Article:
Facebook faces its biggest challenge

The last 48 hours of news have been a rapid-fire devolution of the Facebook narrative, mostly at the hand of Cambridge Analytica. It's been a confusing few days and it gets weirder the longer you read into it, so before we jump in here's what went down.

The story broke over the weekend by The Guardian revealed that Cambridge Analytica, the data analytics company behind the Trump election team, the Brexit campaign and many others around the world, used illegally harvested data from millions of private Facebook profiles to influence voter choices.

While it's unclear exactly whether Cambridge Analytica was able to influence the election itself, the data it obtained is problematic ‚ÄĒ it supposedly paid to receive rich user data on¬†a reported 50 million¬†Americans from a researcher, harvested under the guise of a quiz app.

This data has become a core issue again because people are seemingly outraged that an innocuous quiz could steal information (your likes, sexual orientation, friends and so on) to be weaponized in an attempt to sway your opinion. 

This quiz used Facebook's lax API rules at the time in order to mass gather information, then store it outside of the service for use later. Many initial stories called it a breach but to be clear, the API was used legitimately to obtain this data -- it's just that it probably should've stopped such wide access automatically.

Facebook actually knew this data was out there more than two years ago, and contacted users including the whistleblower in this story to ask that data be deleted, but took them on their word that it was. There was no data breach as some have reported, but a breach of trust: Facebook didn't keep this information safe enough.

After the story first broke things got weird fast. Facebook announced that Cambridge Analytica had been suspended for data misuse and threatened legal action against The Observer which first reported the story. 

Cambridge Analytica denied the allegations, even going as far to say "advertising is not coercive; people are smarter than that." If this were the case, the advertising industry would be dead already as it finds itself existing because advertising is coercive. 

The next day, Facebook announced that Cambridge Analytica would submit itself to a Facebook-funded audit of its servers and documents by an external audit team, which was already on site, to uncover any remaining data on its servers. 

Not only is this a bizarre move, that Facebook funded it and couldn't understand that servers are easily destroyed makes it a token gesture at best, and that Cambridge Analytica would capitulate to such demands willingly all the more confusing.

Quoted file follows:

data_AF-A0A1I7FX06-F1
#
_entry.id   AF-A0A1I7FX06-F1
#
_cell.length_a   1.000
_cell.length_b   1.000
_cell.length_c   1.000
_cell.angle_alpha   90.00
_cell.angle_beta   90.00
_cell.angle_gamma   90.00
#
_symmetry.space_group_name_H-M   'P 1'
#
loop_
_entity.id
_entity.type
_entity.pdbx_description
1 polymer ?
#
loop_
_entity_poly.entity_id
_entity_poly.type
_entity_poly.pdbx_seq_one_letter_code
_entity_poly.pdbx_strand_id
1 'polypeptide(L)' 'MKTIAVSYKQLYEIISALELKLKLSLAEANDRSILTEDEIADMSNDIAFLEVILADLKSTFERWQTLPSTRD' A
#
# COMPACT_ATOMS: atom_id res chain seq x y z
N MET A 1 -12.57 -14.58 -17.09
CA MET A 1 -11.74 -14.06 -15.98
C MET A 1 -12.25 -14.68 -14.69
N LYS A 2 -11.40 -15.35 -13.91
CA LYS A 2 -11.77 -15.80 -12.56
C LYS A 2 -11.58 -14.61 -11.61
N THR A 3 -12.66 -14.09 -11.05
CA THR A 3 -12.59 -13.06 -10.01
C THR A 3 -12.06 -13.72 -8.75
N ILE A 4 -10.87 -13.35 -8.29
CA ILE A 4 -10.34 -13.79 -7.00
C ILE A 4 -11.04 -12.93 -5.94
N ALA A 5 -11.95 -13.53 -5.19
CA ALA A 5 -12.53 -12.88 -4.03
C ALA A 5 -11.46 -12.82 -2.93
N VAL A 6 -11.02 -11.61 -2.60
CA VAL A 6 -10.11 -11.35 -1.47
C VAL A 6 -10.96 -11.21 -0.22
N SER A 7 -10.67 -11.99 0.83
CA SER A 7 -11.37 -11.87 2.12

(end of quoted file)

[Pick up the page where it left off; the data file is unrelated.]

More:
While on site, the UK commissioner suddenly ordered the Facebook audit to halt as the government expected to raid the office itself pending a warrant.

But we're not even done here yet.

At the end of the day, the UK's Channel 4 released a controversial, secretly filmed documentary that shows Cambridge Analytica's CEO and other high ranking staff attempting to sell their services to a undercover journalist. 

The video is worth watching because the executives describe how far they're willing to go 'in the shadows' for their clients and even depicts them bragging about creating scandals for candidates, on tape, to entrap them during a campaign. Naturally, the company believes the video to be misleading and its CEO says he "misjudged" the situation.

If you're confused about all of this, we all are. Facebook finds itself unwittingly involved in a scandal that's only emerging two years after the events that put it in motion, but this story has resurfaced a feeling that privacy is not understood, or clearly detailed, by these companies.

It's been a year and a half since the U.S. election sparked a debate about the use of social media to sway opinion and the spread of fake news. Facebook's total lack of enforcement, or meaningful acknowledgement of its platform's role, has drawn frustration and outrage globally, but in the end it seems like not much has changed.

As a result, it now faces US senators asking Mark Zuckerberg to testify about how Cambridge Analytica was able to obtain so much data. Zuckerberg, Sheryl Sandberg and other high ranking executives have remained entirely silent during this process when they'd usually have spoken out, but an emergency town hall for employees is taking place today.

This scandal may not end up being about Cambridge Analytica so much as the weaponization of your data, and how even the smallest signals such as bands you like or the places you eat can be used in an attempt to manipulate you through the things you see online. 

It may also become an important change in the way technology companies are treated by the public and regulators. The industry has historically faced a friendly regulation climate, in which it was possible to do almost anything behind closed doors and grow to billions of users with little oversight. 

These issues are bringing to a head the demons summoned by social media, algorithms and unfettered reach, so perhaps it'll force companies to face them, regardless of cost. Stay tuned for more, I don't think this story is close to being done yet.


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